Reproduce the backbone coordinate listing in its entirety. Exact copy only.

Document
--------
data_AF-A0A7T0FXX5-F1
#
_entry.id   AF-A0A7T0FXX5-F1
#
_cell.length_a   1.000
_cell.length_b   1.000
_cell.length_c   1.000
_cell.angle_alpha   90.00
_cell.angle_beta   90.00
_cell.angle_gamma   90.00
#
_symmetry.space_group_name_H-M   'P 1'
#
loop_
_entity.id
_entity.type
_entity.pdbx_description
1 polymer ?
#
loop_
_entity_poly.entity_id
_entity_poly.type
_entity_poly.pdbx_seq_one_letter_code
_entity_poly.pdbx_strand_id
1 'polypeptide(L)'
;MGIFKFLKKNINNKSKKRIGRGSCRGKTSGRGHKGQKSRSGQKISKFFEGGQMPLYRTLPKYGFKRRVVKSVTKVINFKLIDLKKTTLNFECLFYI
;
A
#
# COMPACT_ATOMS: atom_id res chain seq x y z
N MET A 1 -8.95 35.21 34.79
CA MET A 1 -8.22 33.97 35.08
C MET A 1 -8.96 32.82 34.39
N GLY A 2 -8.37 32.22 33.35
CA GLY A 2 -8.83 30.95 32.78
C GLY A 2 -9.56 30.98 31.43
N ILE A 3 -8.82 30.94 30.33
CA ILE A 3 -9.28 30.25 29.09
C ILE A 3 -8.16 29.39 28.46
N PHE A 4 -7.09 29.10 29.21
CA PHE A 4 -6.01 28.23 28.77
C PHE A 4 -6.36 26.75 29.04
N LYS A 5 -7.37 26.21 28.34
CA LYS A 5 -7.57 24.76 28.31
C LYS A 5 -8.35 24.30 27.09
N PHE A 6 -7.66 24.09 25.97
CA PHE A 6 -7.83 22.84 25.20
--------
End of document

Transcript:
data_AF-A0A7T0FXX5-F1
#
_entry.id   AF-A0A7T0FXX5-F1
#
_cell.length_a   1.000
_cell.length_b   1.000
_cell.length_c   1.000
_cell.angle_alpha   90.00
_cell.angle_beta   90.00
_cell.angle_gamma   90.00
#
_symmetry.space_group_name_H-M   'P 1'
#
loop_
_entity.id
_entity.type
_entity.pdbx_description
1 polymer ?
#
loop_
_entity_poly.entity_id
_entity_poly.type
_entity_poly.pdbx_seq_one_letter_code
_entity_poly.pdbx_strand_id
1 'polypeptide(L)'
;MGIFKFLKKNINNKSKKRIGRGSCRGKTSGRGHKGQKSRSGQKISKFFEGGQMPLYRTLPKYGFKRRVVKSVTKVINFKLIDLKKTTLNFECLFYI
;
A
#
# COMPACT_ATOMS: atom_id res chain seq x y z
N MET A 1 -8.95 35.21 34.79
CA MET A 1 -8.22 33.97 35.08
C MET A 1 -8.96 32.82 34.39
N GLY A 2 -8.37 32.22 33.35
CA GLY A 2 -8.83 30.95 32.78
C GLY A 2 -9.56 30.98 31.43
N ILE A 3 -8.82 30.94 30.33
CA ILE A 3 -9.28 30.25 29.09
C ILE A 3 -8.16 29.39 28.46
N PHE A 4 -7.09 29.10 29.21
CA PHE A 4 -6.01 28.23 28.77
C PHE A 4 -6.36 26.75 29.04
N LYS A 5 -7.37 26.21 28.34
CA LYS A 5 -7.57 24.76 28.31
C LYS A 5 -8.35 24.30 27.09
N PHE A 6 -7.66 24.09 25.97
CA PHE A 6 -7.83 22.84 25.20